With Electric Scooters Taking Over Urban Cities, It’s Important for Startup Owners to Understand Their Risks When Employees Use Them As Transportation…
Scooters are everywhere in urban areas all across the nation, and it does not look like they are going anywhere in Austin anytime soon. This month we discuss personal and business liability involved with riding an electric scooter. Then we answer the more important question of how insurance will respond. As a bonus we also share a few key safety tips.
Have you read through the ‘Rental Agreement’ from your favorite scooter company? Most likely this is not something you have not referenced since downloading the app and taking your first ride. Here is a copy of one from Bird just in case you wanted to take a look: click here. The words following ‘Rental Agreement’ happens to be ‘Waiver of Liability and Release.’ To be clear, this means you are personally responsible for anything that happens on the scooter.
The Insurance Council of Texas released a video regarding your personal liability when riding a scooter. Here are two key take away points from the video: You assume all liability and your personal insurance policies are NOT likely to respond. Click here to watch the video.
Will My Personal Insurance Cover Me?
The Insurance Information Institute wrote a blog titled, E- SCOOTER SHARING PROGRAMS: ARE YOU COVERED? about this. According to the article, a Homeowners/Renters Insurance policy won’t cover self-propelled vehicles. The logic is a personally owned vehicle should be covered on a personal auto policy. At the same time, the standard personal auto policy excludes liability coverage for a vehicle with fewer than four wheels. The only place an individual might have liability coverage is a personal umbrella. Everyone has one of those, right? [crickets chirping]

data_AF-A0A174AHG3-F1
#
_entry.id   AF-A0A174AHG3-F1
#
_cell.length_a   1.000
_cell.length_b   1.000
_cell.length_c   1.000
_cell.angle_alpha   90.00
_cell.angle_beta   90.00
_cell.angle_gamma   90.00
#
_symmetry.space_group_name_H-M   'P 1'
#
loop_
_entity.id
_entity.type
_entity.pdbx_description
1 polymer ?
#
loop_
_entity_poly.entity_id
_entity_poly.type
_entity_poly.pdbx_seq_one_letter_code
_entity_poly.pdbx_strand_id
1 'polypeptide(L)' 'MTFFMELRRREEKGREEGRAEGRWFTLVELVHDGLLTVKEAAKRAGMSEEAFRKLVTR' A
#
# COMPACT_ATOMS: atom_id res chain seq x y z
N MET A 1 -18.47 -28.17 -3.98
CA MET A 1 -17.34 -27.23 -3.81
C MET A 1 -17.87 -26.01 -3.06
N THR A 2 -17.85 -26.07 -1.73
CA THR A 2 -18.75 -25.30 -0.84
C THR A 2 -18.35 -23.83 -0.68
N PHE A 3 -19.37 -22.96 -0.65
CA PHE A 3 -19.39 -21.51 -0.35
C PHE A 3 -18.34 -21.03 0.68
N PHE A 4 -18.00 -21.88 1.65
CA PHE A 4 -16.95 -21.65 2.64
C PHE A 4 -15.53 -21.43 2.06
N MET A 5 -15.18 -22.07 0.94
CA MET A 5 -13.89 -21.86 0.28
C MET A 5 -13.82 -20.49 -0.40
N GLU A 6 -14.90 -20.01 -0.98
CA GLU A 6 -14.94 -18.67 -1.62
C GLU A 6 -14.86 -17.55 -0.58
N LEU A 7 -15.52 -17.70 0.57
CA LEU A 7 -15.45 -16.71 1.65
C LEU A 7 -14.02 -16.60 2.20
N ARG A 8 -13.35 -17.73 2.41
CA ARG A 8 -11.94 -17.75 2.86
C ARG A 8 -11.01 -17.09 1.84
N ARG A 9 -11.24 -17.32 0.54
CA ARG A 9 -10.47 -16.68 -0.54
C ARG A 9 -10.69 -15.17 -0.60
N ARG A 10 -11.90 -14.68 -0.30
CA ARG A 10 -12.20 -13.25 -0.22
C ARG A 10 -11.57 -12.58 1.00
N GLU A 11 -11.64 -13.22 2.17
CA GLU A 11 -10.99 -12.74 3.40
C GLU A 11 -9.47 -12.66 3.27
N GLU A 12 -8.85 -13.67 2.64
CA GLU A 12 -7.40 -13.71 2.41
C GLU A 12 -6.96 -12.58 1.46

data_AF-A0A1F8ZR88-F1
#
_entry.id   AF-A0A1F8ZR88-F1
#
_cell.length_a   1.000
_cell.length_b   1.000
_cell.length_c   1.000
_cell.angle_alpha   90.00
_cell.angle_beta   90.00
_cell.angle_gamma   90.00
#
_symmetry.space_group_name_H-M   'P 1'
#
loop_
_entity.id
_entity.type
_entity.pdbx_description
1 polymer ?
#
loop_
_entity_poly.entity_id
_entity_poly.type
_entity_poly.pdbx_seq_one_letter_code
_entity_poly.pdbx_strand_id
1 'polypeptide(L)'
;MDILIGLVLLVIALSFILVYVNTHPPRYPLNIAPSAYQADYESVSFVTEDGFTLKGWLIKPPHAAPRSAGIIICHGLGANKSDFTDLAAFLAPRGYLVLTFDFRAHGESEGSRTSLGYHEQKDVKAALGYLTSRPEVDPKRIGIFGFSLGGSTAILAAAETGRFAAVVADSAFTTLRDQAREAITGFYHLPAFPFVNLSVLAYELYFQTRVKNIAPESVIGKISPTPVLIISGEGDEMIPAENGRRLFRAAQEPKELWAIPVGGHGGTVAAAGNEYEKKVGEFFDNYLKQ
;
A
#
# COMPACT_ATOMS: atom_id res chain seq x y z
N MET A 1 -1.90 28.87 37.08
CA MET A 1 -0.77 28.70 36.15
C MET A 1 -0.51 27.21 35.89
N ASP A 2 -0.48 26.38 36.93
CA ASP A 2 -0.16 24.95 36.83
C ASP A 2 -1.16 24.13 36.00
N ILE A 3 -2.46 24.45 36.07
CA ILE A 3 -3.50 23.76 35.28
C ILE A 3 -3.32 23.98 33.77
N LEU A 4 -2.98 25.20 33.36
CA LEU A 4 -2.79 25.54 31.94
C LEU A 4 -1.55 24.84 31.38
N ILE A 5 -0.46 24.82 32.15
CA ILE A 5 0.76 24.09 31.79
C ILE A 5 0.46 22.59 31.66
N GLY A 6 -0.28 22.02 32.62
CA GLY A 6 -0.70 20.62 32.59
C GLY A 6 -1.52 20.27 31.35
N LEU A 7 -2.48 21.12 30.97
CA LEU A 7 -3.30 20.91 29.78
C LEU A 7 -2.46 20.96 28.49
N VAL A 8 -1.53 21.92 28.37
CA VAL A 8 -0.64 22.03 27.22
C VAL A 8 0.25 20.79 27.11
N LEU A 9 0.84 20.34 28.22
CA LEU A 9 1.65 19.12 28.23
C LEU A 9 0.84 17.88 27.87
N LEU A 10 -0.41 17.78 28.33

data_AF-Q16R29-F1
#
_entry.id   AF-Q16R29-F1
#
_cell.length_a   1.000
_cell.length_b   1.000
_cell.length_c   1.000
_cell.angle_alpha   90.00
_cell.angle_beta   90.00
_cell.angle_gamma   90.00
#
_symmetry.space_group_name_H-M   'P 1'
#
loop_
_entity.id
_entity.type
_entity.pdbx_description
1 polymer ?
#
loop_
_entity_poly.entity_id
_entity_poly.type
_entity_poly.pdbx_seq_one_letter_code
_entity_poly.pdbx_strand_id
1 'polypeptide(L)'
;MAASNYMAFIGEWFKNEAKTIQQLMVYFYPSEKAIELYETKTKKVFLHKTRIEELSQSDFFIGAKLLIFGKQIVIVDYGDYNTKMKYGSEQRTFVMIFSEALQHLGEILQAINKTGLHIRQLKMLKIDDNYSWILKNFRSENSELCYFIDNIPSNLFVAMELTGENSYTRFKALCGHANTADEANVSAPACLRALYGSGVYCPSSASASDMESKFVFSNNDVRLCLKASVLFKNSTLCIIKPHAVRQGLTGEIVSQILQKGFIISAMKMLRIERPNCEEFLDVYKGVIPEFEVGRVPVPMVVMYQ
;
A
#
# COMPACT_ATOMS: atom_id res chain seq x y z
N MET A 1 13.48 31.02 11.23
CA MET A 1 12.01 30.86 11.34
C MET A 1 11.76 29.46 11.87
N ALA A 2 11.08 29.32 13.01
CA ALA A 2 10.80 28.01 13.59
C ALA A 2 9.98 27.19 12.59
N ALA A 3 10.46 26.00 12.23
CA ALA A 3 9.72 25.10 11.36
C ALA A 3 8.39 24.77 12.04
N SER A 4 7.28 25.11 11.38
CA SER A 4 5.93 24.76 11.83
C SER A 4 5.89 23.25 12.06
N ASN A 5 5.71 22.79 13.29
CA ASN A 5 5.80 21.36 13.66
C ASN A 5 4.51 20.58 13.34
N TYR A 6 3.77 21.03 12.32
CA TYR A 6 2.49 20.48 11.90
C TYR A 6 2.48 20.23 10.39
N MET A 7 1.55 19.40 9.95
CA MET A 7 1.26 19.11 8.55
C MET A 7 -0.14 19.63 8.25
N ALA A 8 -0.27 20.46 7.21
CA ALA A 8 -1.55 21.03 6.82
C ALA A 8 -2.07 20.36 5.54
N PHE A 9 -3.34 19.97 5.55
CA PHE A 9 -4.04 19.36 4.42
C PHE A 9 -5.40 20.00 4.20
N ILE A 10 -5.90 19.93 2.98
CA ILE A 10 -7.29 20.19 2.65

But What About Business Liability?
A question from business leaders that has not been fully answered is, ‘Am I covered if an employee hurts themselves or someone else while riding a scooter on company business?’ The likely scenario is a sales person going on a sales meeting in downtown Austin on a scooter. To be clear, this has not been fleshed out by carriers, claims professionals, or lawyers, but here a few places to look for coverage.
Since workers compensation is designed to be the sole exclusive remedy for all work-related injuries, it appears this is a starting point for employees injured in the course of their work. Workers compensation will not pick up coverage if the employee is injured on a daily commute, but it would likely pick up the medical bills and lost wages if injured while taking a scooter to a business meeting.
Commercial Auto: Depends Upon What the Meaning of the Word ‘Is’ Is
Despite not having a 4-wheel requirement, a commercial auto policy will likely decline a scooter liability claim since it can be argued that an electric scooter does not fit the definition or intent of the definition of an ‘auto’. It will also depend on state and city laws since in some cities scooters are not designed for travel on public roads. This is something to keep an eye on as more claims are processed on the insurance side and lawyers get involved with what ‘is’ is.